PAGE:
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Alle Meine Quellen Sind in Dir

This woodcarving hangs above the hallway in our home.  Quite often, guests inquire about what it means.  Rather than directly translate, I tell them the painful but sweet short story behind it.

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My wife’s maternal great-grandparents, the Hellings, lived in Germany.  Opa Helling was a baker there.  After having new mechanized equipment installed in the bakery, presumably an automated dough mixing machine, he called for his wife to come in to watch the new process.

As the machinery began, his wife bent over to get a closer look.  As she did, her long hair fell down into the gears. Before anything could be done, horribly the machine pulled a large section of her scalp away. One can only imagine the horror of the joy and pride of that moment turning so quickly to pain and suffering.

Making matters worse, Oma Helling was a diabetic. Her wound never healed. For the rest of her life, she had a metal plate that covered the wound.  In a family picture we have of her, she reminds us so much of Miriam’s grandmother and mom. She is looking down as she busily works with her […]

For Your Thanksgiving Day Table

If you are looking to read one of the old American Thanksgiving Day proclamations around your table this year, here is the 1781 proclamation by Thomas McKean, President of the Congress of the United States.

Remember that this proclamation was issued a week after Cornwallis had surrendered at Yorktown. Notice the detailed list of specific reasons for thanks to God – if you had to make a similar list for our nation this year, what would you include?

President Obama usually issues his Thanksgiving Day Proclamation on Thursday; you will find it at www.whitehouse.gov.

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By the United States, in Congress
Assembled.

PROCLAMATION.

Whereas it hath pleased Almighty God, the Father of Mercies, remarkably to assist and support the United States of America in their important struggle for liberty against the long-continued efforts of a powerful nation, it is the duty of all ranks to observe and thankfully acknowledge the interpositions of his Providence in their behalf; – Through the whole of the contest from its first rise to this time the influence of Divine Providence may be clearly perceived in many signal instances, of which we mention but a few: –

In revealing the counsels of our enemies, when the discoveries were seasonable and […]

Lessons from a Humiliating Failure

Have you had this nightmare? Your child is on stage in a school play; she is in the middle of a solo which she has performed flawlessly in every rehearsal and on previous nights, when suddenly her voice wobbles and then chokes. You can’t believe it’s happening, but there she is, humiliated and devastated, her hands covering her face trying to block out the hundreds of eyes watching her while the rest of the cast try to improvise around her failure.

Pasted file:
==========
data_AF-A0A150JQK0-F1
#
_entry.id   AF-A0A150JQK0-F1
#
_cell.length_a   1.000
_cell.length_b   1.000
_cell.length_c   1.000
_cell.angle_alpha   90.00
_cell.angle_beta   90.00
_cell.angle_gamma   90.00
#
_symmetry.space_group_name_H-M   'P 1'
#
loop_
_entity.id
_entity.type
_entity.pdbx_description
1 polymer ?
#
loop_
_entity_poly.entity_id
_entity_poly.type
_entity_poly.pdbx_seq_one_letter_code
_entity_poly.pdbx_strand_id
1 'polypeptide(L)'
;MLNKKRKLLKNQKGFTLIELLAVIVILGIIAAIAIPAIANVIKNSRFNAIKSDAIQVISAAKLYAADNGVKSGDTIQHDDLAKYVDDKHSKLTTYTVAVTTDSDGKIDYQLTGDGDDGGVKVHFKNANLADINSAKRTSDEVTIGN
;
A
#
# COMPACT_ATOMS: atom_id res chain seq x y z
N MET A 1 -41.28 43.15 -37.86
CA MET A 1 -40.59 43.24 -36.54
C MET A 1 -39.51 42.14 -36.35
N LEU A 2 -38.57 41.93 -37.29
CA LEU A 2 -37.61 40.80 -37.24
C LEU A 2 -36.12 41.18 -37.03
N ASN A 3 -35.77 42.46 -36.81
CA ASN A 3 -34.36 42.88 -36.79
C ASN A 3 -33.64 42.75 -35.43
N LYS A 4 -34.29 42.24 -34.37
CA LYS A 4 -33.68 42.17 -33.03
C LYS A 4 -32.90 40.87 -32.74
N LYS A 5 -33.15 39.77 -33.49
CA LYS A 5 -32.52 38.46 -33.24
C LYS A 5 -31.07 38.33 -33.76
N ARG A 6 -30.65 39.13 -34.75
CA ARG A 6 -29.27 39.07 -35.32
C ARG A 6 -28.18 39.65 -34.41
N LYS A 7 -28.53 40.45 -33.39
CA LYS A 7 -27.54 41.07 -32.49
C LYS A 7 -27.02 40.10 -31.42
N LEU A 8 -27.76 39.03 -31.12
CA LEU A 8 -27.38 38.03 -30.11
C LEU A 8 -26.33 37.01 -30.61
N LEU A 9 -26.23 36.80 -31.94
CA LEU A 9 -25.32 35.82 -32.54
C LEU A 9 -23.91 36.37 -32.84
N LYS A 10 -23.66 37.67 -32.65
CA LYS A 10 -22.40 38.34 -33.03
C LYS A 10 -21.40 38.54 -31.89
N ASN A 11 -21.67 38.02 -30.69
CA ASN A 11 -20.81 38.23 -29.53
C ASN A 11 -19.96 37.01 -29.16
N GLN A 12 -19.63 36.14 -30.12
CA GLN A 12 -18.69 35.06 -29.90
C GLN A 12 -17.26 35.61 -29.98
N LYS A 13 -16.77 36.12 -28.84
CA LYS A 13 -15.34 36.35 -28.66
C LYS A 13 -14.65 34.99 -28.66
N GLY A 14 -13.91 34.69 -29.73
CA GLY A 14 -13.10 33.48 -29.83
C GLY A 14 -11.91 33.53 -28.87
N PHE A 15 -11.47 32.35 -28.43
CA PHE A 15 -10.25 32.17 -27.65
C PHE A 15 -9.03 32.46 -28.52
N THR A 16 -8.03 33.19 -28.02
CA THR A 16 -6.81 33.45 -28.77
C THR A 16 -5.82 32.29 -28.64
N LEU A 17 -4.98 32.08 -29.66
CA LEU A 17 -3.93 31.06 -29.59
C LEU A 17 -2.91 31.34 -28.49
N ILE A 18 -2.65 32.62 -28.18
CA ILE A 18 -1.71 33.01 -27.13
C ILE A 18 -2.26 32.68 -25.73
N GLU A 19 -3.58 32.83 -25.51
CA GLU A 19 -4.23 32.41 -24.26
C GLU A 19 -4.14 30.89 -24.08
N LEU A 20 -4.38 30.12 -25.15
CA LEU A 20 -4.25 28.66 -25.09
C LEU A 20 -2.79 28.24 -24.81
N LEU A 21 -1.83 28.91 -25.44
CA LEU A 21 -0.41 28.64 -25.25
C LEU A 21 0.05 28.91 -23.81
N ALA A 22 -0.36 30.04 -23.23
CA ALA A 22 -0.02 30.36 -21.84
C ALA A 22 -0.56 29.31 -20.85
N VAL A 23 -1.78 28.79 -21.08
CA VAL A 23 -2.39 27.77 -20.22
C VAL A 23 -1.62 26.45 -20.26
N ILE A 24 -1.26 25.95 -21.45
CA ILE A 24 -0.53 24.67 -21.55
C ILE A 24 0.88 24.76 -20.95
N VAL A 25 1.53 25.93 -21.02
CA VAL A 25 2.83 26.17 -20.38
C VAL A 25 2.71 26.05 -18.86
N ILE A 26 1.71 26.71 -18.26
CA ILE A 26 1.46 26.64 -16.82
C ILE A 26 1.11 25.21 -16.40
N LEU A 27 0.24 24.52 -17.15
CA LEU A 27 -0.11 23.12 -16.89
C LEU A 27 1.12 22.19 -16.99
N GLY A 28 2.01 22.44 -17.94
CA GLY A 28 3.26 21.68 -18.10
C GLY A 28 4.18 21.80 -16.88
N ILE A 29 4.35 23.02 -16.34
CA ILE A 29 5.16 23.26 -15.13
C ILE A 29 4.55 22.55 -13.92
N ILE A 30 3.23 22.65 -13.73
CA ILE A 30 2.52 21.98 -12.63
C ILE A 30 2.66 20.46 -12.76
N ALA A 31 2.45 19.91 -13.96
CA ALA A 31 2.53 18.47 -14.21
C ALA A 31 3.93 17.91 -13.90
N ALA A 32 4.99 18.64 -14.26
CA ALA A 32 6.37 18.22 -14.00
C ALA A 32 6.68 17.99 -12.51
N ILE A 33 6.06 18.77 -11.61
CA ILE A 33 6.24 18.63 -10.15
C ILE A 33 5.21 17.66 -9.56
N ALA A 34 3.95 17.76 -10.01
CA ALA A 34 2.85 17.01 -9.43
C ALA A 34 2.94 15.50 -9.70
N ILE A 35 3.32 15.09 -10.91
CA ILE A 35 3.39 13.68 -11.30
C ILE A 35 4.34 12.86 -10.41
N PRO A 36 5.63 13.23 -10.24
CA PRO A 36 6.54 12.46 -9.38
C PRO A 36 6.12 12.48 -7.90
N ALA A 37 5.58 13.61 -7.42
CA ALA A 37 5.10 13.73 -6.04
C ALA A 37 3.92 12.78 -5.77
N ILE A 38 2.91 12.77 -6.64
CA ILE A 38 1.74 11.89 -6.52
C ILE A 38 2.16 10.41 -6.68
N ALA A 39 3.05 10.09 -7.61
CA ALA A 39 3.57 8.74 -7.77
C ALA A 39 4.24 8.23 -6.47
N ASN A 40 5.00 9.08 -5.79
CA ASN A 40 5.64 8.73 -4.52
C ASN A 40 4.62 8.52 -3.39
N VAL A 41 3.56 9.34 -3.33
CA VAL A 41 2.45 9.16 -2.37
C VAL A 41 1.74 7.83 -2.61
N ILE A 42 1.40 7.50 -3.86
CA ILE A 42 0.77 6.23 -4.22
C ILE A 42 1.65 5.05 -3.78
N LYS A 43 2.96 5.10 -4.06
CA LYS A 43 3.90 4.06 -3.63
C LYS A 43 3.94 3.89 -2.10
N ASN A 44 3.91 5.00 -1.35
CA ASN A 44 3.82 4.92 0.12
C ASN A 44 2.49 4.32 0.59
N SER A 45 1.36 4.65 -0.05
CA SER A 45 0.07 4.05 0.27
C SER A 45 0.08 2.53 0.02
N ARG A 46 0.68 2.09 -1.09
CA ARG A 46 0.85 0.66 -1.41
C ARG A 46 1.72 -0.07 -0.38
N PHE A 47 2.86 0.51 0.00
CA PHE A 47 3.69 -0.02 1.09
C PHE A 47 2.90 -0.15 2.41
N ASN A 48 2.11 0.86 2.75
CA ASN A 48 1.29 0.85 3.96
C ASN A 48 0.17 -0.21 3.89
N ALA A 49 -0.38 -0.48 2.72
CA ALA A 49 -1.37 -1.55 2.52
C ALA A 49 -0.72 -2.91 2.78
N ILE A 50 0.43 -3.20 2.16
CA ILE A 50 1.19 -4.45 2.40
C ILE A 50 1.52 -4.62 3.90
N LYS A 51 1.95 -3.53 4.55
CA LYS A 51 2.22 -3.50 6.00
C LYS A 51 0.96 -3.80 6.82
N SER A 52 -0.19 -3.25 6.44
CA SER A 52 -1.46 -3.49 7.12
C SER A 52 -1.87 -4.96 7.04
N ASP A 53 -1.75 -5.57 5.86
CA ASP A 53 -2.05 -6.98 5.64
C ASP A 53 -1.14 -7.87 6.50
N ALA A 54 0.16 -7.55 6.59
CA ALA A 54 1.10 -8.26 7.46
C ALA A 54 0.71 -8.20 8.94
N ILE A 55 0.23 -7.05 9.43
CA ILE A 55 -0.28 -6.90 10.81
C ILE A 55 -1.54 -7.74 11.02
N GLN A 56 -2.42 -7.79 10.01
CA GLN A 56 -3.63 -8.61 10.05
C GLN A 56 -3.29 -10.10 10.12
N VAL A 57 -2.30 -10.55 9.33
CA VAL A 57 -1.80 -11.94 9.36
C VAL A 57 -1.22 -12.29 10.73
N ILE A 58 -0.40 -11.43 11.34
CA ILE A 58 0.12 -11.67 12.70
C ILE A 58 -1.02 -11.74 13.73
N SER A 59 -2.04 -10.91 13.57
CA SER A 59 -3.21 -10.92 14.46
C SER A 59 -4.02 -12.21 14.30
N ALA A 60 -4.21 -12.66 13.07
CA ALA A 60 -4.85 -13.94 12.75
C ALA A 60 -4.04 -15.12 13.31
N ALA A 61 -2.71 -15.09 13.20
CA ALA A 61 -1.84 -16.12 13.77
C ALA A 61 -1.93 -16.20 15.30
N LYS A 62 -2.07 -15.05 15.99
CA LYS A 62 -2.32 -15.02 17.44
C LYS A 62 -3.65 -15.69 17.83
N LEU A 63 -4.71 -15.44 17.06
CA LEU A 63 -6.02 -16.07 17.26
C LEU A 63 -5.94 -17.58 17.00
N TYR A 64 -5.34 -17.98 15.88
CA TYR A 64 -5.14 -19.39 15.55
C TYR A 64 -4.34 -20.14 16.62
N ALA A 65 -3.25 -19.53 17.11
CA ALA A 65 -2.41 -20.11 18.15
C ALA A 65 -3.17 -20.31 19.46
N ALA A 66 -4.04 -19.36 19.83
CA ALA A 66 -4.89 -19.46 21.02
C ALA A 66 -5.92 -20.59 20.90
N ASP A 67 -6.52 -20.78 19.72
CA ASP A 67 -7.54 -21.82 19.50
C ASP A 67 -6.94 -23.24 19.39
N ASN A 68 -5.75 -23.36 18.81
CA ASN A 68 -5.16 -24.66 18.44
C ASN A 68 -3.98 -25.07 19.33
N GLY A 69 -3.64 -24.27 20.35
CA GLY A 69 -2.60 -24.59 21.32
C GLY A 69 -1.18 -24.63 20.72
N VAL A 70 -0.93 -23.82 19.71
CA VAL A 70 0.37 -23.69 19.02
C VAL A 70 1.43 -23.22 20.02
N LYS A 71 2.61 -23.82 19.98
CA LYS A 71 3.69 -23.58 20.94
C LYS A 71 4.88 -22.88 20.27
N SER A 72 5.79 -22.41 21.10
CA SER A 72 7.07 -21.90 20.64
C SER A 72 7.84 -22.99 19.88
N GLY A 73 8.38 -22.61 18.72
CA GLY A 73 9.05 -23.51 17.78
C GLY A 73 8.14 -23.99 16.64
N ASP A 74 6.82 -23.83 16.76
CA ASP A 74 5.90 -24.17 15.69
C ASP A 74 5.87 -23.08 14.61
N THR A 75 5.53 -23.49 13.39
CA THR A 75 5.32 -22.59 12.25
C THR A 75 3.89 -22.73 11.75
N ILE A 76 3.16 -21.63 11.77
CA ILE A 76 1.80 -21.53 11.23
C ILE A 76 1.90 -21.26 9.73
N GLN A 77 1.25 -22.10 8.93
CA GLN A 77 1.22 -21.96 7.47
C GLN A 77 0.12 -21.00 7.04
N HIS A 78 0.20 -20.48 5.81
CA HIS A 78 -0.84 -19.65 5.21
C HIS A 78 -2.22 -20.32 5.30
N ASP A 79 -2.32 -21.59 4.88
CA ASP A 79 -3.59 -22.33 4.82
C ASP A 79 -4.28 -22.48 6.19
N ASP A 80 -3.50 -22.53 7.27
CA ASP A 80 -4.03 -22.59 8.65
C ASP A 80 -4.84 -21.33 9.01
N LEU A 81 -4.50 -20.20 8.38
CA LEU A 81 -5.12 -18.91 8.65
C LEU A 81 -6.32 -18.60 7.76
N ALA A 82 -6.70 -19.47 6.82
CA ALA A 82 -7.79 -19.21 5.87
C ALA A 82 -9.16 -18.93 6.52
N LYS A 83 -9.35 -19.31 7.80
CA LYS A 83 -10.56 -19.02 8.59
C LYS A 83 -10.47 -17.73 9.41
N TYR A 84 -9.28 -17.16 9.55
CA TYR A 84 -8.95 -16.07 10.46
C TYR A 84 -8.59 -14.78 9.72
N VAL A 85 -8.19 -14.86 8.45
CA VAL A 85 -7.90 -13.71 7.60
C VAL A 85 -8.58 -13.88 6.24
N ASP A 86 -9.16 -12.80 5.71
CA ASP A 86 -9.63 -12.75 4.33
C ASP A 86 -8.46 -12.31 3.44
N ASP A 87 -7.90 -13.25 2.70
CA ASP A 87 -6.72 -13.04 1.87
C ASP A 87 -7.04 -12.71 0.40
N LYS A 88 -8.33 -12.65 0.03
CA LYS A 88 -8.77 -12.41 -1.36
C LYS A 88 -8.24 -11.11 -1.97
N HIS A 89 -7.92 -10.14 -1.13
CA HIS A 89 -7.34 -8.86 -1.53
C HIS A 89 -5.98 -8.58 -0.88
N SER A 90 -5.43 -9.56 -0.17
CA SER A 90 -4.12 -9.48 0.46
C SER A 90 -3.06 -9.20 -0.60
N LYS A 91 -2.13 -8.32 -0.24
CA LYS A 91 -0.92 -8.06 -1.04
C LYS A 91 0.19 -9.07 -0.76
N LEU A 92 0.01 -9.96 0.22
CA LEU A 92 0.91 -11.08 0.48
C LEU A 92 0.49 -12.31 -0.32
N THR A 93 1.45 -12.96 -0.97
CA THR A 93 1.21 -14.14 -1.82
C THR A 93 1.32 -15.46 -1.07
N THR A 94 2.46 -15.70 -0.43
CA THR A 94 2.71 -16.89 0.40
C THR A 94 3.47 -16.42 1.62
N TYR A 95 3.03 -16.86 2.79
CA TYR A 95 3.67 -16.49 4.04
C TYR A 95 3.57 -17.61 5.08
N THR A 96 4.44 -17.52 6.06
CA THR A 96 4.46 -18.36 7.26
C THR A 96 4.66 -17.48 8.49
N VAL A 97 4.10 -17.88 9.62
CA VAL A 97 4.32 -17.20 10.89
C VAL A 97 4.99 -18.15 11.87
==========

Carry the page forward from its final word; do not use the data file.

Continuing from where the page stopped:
Except that for my wife and me it wasn’t a bad dream. It happened to one of our children (who shall remain nameless, at a time that will remain unspecified!).

After first of all pouring out love, comfort and sympathy, my wife and I then began to talk with our daughter about some of the lessons God might be teaching her even through something as difficult as this.

Our starting point and overarching principle was that Romans 8.28 really means what it says. All things really do work together for the good of those who love God. God is good and wise and in control of everything that happens. He can use even huge catastrophes to bring about good things—if he could […]

A Great Pro-Life Idea

On a cold, wintry day in the early 1980’s, while a student at the University of Michigan, I participated in a pro-life march on campus.  As a brand new Christian, I wanted to witness publicly regarding my freshly experienced faith.  So as the snow fell, 10-15 of us walked silently and sheepishly across the campus, holding up amateurishly hand-painted signs made out of cardboard. One sign had a picture of an aborted baby stapled to it.  The rest had the typical slogans of the day.

“Abortion Kills a Child.”

“Abortion Hurts Women.”

“Adoption the Better Option.”

The next day in the student newspaper, a front page picture appeared of our group.  My presence was seen front and center, with a somewhat mocking article underneath.  Since the paper was printed on the very day of my January birth date, I kept a copy and took it home to show my parents, thinking they would find it amusing.  I remember being a bit shocked at their response.  My dad was not happy, and seriously warned me that my photo could be placed in government and employer files, making it difficult for me to find a job someday.  I was told that it was okay to have a private belief about this subject, but […]

Russell Moore Interview of Rosaria Butterfield

The Ethics & Religious Liberty Commission of the Southern Baptist Church held their national conference at the end of October on the topic of “The Gospel, Homosexuality, and the Future of Marriage.”  Russell Moore interviewed Rosaria Butterfield, author of The Secret Thoughts of an Unlikely Convert.  You can watch this fascinating interview below.